The Jamestown Massacre – A Look Back

Jamestown Massacre

Recently I had a discussion with several other Americans of
various ethnicities about the treatment of the people that were living
throughout North and South America during the time that the first American
colonies were established.

I find that people are generally ignorant when it comes to
the colonists of the Americas, North America in particular, as that is what I
am most familiar with; English settlers to be more specific.

People are usually far more to one side than the other:
Either they think that the settlers were terrible people and should not have
been on the land in the first place, or they feel that the natives were
insolent savages and nothing more. I fall somewhere in the middle, seeing
obvious failings on both sides.

The people with whom I was having this discussion with all
fell to the side of thinking that all settlers were terrible people, taking
land that didn’t belong to them, and that the natives were apparently perfect
in everything that they did. No matter what, they felt that the Christian
settlers were in the wrong.

Sadly most of them had no clue what actually happened during
the first colonies and the Jamestown massacre until I either informed them or
refreshed their foggy memories:

 

Jamestown Settlement

Jamestown was the earliest lasting English colony in the new
world. It was founded by the Virginia
Company of London on May 14th, 1607, which was chartered by James I
a year earlier along with its sister company the Virginia Company of Plymouth.

Life in Jamestown was in no way easy. The land that was
initially settled was less than ideal and the Powhatan Indians were on the
attack almost immediately after the settlers made landfall. That is a fact: There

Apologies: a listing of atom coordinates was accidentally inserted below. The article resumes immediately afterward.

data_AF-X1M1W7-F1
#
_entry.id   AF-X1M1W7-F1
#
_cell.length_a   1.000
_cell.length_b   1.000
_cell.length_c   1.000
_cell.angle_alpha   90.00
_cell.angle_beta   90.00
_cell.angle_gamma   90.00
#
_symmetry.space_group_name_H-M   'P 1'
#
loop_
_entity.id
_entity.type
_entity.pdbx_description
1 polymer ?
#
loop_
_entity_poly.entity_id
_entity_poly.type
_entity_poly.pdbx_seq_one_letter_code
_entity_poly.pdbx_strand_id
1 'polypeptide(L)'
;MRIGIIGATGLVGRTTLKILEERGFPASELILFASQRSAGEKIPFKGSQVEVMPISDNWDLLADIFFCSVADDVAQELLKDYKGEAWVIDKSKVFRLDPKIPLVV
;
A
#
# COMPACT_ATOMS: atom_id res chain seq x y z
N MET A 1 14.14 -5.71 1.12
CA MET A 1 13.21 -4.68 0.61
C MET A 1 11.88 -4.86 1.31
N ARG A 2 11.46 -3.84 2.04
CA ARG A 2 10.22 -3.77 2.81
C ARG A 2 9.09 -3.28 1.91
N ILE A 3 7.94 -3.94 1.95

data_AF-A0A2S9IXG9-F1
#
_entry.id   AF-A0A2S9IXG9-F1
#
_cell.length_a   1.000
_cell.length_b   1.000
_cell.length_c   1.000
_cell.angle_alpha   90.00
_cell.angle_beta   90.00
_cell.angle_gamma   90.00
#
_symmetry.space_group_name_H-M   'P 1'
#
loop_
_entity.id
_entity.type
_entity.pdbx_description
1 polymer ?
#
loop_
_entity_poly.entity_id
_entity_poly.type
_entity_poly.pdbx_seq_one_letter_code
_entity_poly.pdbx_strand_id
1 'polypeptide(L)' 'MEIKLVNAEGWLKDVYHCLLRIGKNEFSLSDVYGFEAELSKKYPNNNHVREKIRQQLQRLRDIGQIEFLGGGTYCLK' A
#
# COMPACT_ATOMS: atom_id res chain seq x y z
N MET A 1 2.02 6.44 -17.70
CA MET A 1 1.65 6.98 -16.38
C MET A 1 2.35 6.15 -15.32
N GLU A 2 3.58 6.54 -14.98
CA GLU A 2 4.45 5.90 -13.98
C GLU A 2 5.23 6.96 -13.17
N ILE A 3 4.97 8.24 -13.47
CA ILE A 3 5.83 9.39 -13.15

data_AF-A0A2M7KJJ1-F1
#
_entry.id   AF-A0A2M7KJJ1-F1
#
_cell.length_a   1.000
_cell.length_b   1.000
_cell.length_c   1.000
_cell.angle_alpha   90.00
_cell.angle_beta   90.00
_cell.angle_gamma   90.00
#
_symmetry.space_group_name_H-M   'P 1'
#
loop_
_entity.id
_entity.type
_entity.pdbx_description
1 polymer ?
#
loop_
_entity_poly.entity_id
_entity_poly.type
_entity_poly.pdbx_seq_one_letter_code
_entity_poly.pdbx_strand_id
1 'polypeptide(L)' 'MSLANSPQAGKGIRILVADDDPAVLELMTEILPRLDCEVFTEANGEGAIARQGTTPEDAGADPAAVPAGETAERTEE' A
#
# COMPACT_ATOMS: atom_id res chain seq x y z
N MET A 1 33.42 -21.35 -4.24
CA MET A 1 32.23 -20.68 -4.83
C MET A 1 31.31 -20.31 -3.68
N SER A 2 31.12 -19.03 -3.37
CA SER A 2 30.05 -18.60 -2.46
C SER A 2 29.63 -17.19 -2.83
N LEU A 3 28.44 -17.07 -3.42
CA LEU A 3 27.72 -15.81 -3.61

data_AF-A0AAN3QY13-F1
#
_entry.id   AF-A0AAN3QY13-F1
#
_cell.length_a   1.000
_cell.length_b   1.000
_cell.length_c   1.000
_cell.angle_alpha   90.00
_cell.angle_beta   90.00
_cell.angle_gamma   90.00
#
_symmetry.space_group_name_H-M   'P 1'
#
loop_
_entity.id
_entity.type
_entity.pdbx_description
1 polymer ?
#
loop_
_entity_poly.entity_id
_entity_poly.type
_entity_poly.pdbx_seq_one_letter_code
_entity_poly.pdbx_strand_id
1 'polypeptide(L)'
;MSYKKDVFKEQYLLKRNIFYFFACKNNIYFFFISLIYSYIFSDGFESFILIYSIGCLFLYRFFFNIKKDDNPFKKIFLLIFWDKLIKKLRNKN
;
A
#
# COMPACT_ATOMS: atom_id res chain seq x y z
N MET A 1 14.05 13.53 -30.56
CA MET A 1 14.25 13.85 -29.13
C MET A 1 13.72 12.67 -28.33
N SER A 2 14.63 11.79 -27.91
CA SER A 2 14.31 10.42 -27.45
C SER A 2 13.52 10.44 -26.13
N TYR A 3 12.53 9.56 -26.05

is clear historical evidence that the Powhatan made the first move in attacking
the English settlers just a week after they arrived.

Attacks from the Powhatan Indians were the least of the settlers’
problems: They had far worse to deal with, namely what is known as the Starving
Time during the winter of 1609-1610, when their supply convoy ran into a
hurricane, crops failed, and trade was cut off by the Powhatan Indians.

The Starving Time ended with the deaths of the vast majority
of settlers living in Jamestown and nearly brought the colony to an end. The
cause is clearly convoluted, but there is no doubt that the Powhatan played
their role in the deaths of a great many settlers that horrible winter.

Then in 1611 and 1612 John Rolfe planted and began exporting
tobacco from the colony. This breakthrough in trade firmly established the
colony and allowed it to thrive in comparison to the first few years of
struggle.

Issues with the Powhatan Indians continued into the
following years, as more and more land was used up the river to cultivate their
new crop, thus growing the colony and using more of the land that was formerly
occupied by the Powhatan.

 

Wahunsunacock, Chief Powhatan

After the succession and death of Wahunsunacock, the leader
of the Powhatan Indians and a seemingly level-headed fellow compared to those
that came after him, likely thanks to the marriage of his daughter Pocahontas
to John Rolfe 1614; relations with the Powhatan once again became a major issue
for the colonists to deal with.

Sometime after Wahunsunacock was succeeded his brother Opechancanough
ended up with power over the Powhatan. Opechancanough was by all accounts an
ignorant and hateful individual that showed extreme disdain and prejudice
towards the settlers from the very beginnings of the colony.

The Powhatan’s animosity and hatred towards the settlers
came to a head with an attack that was planned and led by Opechancanough in 1622;
this attack is known as the Jamestown massacre.

Even with much better relations between the settlers and the
Powhatan in the years following the marriage between Pocahontas and John Rolfe,
Opechancanough continued to carry his hatred for the settlers and the contempt
that he must have felt for his previous failings against the settlers.

Plotting and planning to destroy the settlers for years, Opechancanough
finally had his chance to launch his attack on every settlement along the James
River.

The sneak attack that Opechancanough planned resulted in the
deaths of approximately half of the settlers, huge amounts of destruction which
lead to the complete abandonment of many of their settlements, as well as the
enslavement of a great number of female settlers that were captured during the
attack.

 

Opechancanough

After the attack by the Powhatan under the command and
leadership of Opechancanough the colonists of course retaliated, which I
believe to be a completely valid reaction to such a heinously planned and
executed attack.

A couple of years after the Jamestown massacre the Virginia
colony was turned into a royal, or crown colony; thus removing the Virginia